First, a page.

THE SEMESTER'S student projects, in which groups of three or four students dream up a product or service to promote, are again loaded with alcohol. Out of a dozen projects, three are night clubs with multiple bars, one a new beer, one a ''drunk bus'' that shuttles students to and from area nightspots and one a hangover remedy. That's half the total number of projects selected.
The students who choose alcohol-related projects do so, they say, because drinking is the one thing all members of their group have in common: They all frequent bars, and a weekend binge is a staple of today's student life.
Many emphasize that their new clubs will offer a variety of entertainment -- one has bars on five floors, and one thoughtfully provides a coffee house open after closing time at 2 a.m. where patrons can sober up before leaving. The popular ''drunk bus'' -- of which four have been proposed in recent years -- is justified as cutting down on drunk driving and hopefully endorsed by MADD and SADD, but in practice it would serve primarily to get students delivered back to campus when unable to navigate themselves.
Last year one group's presentation included a video on a new low-priced generic beer, which showed inebriated students reeling and roaring in wanton abandon. It relieves tensions, they said, enables them to unwind after a stressful week of work and study. It also makes them less inhibited with each other, breaking the ice and relaxing sexual taboos.
Research is a part of each project, and the research students included in those alcohol-related ones was sobering. On average, most students (68 percent) go out drinking one or two nights each week and spend about $20 a night. After paying a door fee of $5 or so, that leaves $15 to spend on drinks, which is quite a skinful.
One survey showed that many who go out drinking are too hung over next morning to attend class, and miss on average one or two classes each week. That explains why a hangover remedy was chosen by one group. Their solution was not to moderate their drinking, but to offer an instant cure that banished its after-effects.
Apart from the baleful effects of drunk driving and its legal penalties, students who drink so much so often must be at risk for alcoholism. They must be damaging organs and brain cells and jeopardizing their grades. They may be losing control of their lives, waking up with strange partners or missing purses and risking rape and robbery. The majority of these students are young women, not predatory males; these lambs are going willingly to the slaughter.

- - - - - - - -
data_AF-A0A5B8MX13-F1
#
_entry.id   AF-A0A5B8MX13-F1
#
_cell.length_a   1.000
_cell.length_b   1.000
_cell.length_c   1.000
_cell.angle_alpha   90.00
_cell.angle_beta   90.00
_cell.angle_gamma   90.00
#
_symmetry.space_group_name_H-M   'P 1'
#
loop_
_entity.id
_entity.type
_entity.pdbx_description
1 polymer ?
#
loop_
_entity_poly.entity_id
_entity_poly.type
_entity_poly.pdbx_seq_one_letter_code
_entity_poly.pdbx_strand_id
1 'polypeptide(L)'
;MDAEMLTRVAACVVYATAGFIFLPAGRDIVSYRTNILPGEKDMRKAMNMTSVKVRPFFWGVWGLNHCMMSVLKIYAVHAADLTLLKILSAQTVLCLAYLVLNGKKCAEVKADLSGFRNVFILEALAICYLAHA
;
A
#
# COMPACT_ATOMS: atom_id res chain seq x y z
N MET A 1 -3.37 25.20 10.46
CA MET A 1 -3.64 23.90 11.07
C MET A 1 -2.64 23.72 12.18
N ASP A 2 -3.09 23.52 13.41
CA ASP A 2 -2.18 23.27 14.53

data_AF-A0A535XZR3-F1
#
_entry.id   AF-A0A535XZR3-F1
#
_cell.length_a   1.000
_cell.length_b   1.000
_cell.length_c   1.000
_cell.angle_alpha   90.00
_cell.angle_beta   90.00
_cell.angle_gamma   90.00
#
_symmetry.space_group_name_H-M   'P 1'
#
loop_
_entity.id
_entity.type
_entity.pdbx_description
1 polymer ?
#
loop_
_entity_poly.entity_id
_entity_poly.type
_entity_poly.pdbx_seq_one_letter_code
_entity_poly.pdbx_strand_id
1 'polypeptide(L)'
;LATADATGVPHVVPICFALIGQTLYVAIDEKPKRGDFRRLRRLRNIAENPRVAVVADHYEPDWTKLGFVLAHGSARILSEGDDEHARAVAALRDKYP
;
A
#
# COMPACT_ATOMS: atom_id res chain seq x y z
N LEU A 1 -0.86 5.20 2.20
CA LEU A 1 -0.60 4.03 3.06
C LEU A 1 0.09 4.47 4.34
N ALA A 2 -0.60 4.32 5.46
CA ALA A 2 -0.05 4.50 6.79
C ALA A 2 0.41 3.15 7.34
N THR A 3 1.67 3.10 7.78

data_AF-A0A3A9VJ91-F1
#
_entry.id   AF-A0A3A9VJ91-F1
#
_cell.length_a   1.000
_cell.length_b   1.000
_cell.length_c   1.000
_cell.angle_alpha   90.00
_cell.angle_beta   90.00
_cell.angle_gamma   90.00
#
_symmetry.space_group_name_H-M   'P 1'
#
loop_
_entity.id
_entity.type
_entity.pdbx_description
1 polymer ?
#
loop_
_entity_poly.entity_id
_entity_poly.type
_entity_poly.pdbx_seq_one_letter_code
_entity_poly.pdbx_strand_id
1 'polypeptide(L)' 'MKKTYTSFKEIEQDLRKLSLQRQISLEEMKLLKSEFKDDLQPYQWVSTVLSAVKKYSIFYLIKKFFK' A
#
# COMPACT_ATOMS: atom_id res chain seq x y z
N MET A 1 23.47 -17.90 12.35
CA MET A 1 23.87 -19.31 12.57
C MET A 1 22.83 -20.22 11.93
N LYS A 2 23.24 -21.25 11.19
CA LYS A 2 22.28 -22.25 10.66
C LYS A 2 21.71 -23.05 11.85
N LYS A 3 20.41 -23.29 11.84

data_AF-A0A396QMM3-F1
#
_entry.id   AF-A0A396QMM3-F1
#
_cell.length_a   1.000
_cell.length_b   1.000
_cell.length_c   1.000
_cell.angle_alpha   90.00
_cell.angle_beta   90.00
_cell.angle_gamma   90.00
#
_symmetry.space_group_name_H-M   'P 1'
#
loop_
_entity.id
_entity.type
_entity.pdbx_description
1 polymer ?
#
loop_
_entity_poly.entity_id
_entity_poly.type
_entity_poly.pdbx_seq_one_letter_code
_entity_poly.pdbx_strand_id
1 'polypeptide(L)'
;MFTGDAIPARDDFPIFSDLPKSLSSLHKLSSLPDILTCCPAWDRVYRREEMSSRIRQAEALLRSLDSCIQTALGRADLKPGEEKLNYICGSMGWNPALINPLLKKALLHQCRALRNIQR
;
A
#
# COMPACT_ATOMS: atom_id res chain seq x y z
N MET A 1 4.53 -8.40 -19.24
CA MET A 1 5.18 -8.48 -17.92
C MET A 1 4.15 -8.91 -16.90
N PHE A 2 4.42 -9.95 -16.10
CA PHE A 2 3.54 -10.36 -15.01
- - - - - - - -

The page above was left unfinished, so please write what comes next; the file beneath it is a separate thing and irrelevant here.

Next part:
Liberated and vulnerable
Throughout history, college students have sought out the bar and the bottle to lighten their lives, and student drinking songs go back centuries. But in times past there were no cars, and the horse always knew the way home. Students were all males, and the worst a night of revelry could do was end up in the lockup or the stews. What distinguishes today's bingeing students is that so many are young women, liberated and vulnerable.
Today's students would consider my own student days tame and boring. When I finally went to college after years of private study I was already in my late 20s, married and employed. Pubs and bars had no attraction for me, and I was just too busy for booze. So the modern ''party school'' is another world to me. However, I learned to fly and instruct, visited theaters and art galleries, and took in an occasional concert.
Most of these students have no cultural life. While universities do a tolerable job of imparting knowledge and preparing them for the world of work, they take little responsibility for introducing them to the world of art and culture, which is to say, civilization. It would seem to make so much more sense for young people to share thoughts at a play or concert than to stagger down the path to oblivion.
In any event, I'm really tired of these alcoholic projects. I can't wait for a group to start a ballet company rather than a bar, but I'm not holding my breath.
John Brain teaches at Towson State University.